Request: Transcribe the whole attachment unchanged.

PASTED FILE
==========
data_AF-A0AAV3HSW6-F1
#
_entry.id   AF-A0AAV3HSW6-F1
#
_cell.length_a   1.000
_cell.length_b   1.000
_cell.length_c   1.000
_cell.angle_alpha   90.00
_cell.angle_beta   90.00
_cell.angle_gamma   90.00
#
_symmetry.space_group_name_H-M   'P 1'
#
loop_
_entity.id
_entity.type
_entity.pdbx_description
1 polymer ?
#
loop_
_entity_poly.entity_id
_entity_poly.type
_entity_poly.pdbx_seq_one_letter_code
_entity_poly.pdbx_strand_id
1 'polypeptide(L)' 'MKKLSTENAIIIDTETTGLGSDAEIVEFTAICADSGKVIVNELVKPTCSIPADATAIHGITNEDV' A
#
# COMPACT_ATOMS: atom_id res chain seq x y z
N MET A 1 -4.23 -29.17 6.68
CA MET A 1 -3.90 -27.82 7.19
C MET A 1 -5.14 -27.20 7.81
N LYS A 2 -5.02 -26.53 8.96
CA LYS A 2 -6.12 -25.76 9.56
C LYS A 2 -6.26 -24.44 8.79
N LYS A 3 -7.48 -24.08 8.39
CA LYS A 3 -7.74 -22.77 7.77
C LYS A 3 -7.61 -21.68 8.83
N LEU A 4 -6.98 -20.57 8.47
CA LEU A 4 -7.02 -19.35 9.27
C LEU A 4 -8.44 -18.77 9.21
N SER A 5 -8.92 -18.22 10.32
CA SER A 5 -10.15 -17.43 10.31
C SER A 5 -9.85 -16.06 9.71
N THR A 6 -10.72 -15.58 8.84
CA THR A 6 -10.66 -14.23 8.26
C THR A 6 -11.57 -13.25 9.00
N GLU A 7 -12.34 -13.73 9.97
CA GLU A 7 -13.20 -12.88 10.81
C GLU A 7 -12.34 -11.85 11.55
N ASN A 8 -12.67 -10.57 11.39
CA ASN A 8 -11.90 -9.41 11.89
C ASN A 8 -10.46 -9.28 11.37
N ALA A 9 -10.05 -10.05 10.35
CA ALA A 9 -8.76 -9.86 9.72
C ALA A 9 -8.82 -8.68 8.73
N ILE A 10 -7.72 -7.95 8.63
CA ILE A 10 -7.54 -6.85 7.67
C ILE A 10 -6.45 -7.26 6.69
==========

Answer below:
data_AF-A0AAV3HSW6-F1
#
_entry.id   AF-A0AAV3HSW6-F1
#
_cell.length_a   1.000
_cell.length_b   1.000
_cell.length_c   1.000
_cell.angle_alpha   90.00
_cell.angle_beta   90.00
_cell.angle_gamma   90.00
#
_symmetry.space_group_name_H-M   'P 1'
#
loop_
_entity.id
_entity.type
_entity.pdbx_description
1 polymer ?
#
loop_
_entity_poly.entity_id
_entity_poly.type
_entity_poly.pdbx_seq_one_letter_code
_entity_poly.pdbx_strand_id
1 'polypeptide(L)' 'MKKLSTENAIIIDTETTGLGSDAEIVEFTAICADSGKVIVNELVKPTCSIPADATAIHGITNEDV' A
#
# COMPACT_ATOMS: atom_id res chain seq x y z
N MET A 1 -4.23 -29.17 6.68
CA MET A 1 -3.90 -27.82 7.19
C MET A 1 -5.14 -27.20 7.81
N LYS A 2 -5.02 -26.53 8.96
CA LYS A 2 -6.12 -25.76 9.56
C LYS A 2 -6.26 -24.44 8.79
N LYS A 3 -7.48 -24.08 8.39
CA LYS A 3 -7.74 -22.77 7.77
C LYS A 3 -7.61 -21.68 8.83
N LEU A 4 -6.98 -20.57 8.47
CA LEU A 4 -7.02 -19.35 9.27
C LEU A 4 -8.44 -18.77 9.21
N SER A 5 -8.92 -18.22 10.32
CA SER A 5 -10.15 -17.43 10.31
C SER A 5 -9.85 -16.06 9.71
N THR A 6 -10.72 -15.58 8.84
CA THR A 6 -10.66 -14.23 8.26
C THR A 6 -11.57 -13.25 9.00
N GLU A 7 -12.34 -13.73 9.97
CA GLU A 7 -13.20 -12.88 10.81
C GLU A 7 -12.34 -11.85 11.55
N ASN A 8 -12.67 -10.57 11.39
CA ASN A 8 -11.90 -9.41 11.89
C ASN A 8 -10.46 -9.28 11.37
N ALA A 9 -10.05 -10.05 10.35
CA ALA A 9 -8.76 -9.86 9.72
C ALA A 9 -8.82 -8.68 8.73
N ILE A 10 -7.72 -7.95 8.63
CA ILE A 10 -7.54 -6.85 7.67
C ILE A 10 -6.45 -7.26 6.69